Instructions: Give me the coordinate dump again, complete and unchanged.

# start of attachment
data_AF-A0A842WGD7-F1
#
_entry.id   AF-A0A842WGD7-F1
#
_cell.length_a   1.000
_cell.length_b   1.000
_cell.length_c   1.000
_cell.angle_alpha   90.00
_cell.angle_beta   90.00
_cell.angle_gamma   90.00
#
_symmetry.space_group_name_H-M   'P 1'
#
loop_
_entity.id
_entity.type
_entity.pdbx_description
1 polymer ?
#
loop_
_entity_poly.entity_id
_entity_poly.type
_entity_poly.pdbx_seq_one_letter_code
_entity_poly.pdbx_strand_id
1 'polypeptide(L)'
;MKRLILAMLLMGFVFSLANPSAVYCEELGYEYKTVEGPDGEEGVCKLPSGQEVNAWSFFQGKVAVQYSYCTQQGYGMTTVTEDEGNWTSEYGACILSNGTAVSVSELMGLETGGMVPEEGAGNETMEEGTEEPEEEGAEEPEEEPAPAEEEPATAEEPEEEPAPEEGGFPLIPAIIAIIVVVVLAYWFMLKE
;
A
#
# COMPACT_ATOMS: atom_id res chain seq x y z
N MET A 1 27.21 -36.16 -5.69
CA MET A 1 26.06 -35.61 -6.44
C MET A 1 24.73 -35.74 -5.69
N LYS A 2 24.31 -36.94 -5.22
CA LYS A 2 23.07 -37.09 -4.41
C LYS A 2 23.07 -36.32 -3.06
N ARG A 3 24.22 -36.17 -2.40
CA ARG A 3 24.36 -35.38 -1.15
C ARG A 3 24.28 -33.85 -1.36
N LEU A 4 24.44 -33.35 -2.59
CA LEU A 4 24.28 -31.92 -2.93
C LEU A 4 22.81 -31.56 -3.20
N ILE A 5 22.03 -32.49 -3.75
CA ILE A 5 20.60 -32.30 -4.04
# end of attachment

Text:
data_AF-A0A842WGD7-F1
#
_entry.id   AF-A0A842WGD7-F1
#
_cell.length_a   1.000
_cell.length_b   1.000
_cell.length_c   1.000
_cell.angle_alpha   90.00
_cell.angle_beta   90.00
_cell.angle_gamma   90.00
#
_symmetry.space_group_name_H-M   'P 1'
#
loop_
_entity.id
_entity.type
_entity.pdbx_description
1 polymer ?
#
loop_
_entity_poly.entity_id
_entity_poly.type
_entity_poly.pdbx_seq_one_letter_code
_entity_poly.pdbx_strand_id
1 'polypeptide(L)'
;MKRLILAMLLMGFVFSLANPSAVYCEELGYEYKTVEGPDGEEGVCKLPSGQEVNAWSFFQGKVAVQYSYCTQQGYGMTTVTEDEGNWTSEYGACILSNGTAVSVSELMGLETGGMVPEEGAGNETMEEGTEEPEEEGAEEPEEEPAPAEEEPATAEEPEEEPAPEEGGFPLIPAIIAIIVVVVLAYWFMLKE
;
A
#
# COMPACT_ATOMS: atom_id res chain seq x y z
N MET A 1 27.21 -36.16 -5.69
CA MET A 1 26.06 -35.61 -6.44
C MET A 1 24.73 -35.74 -5.69
N LYS A 2 24.31 -36.94 -5.22
CA LYS A 2 23.07 -37.09 -4.41
C LYS A 2 23.07 -36.32 -3.06
N ARG A 3 24.22 -36.17 -2.40
CA ARG A 3 24.36 -35.38 -1.15
C ARG A 3 24.28 -33.85 -1.36
N LEU A 4 24.44 -33.35 -2.59
CA LEU A 4 24.28 -31.92 -2.93
C LEU A 4 22.81 -31.56 -3.20
N ILE A 5 22.03 -32.49 -3.75
CA ILE A 5 20.60 -32.30 -4.04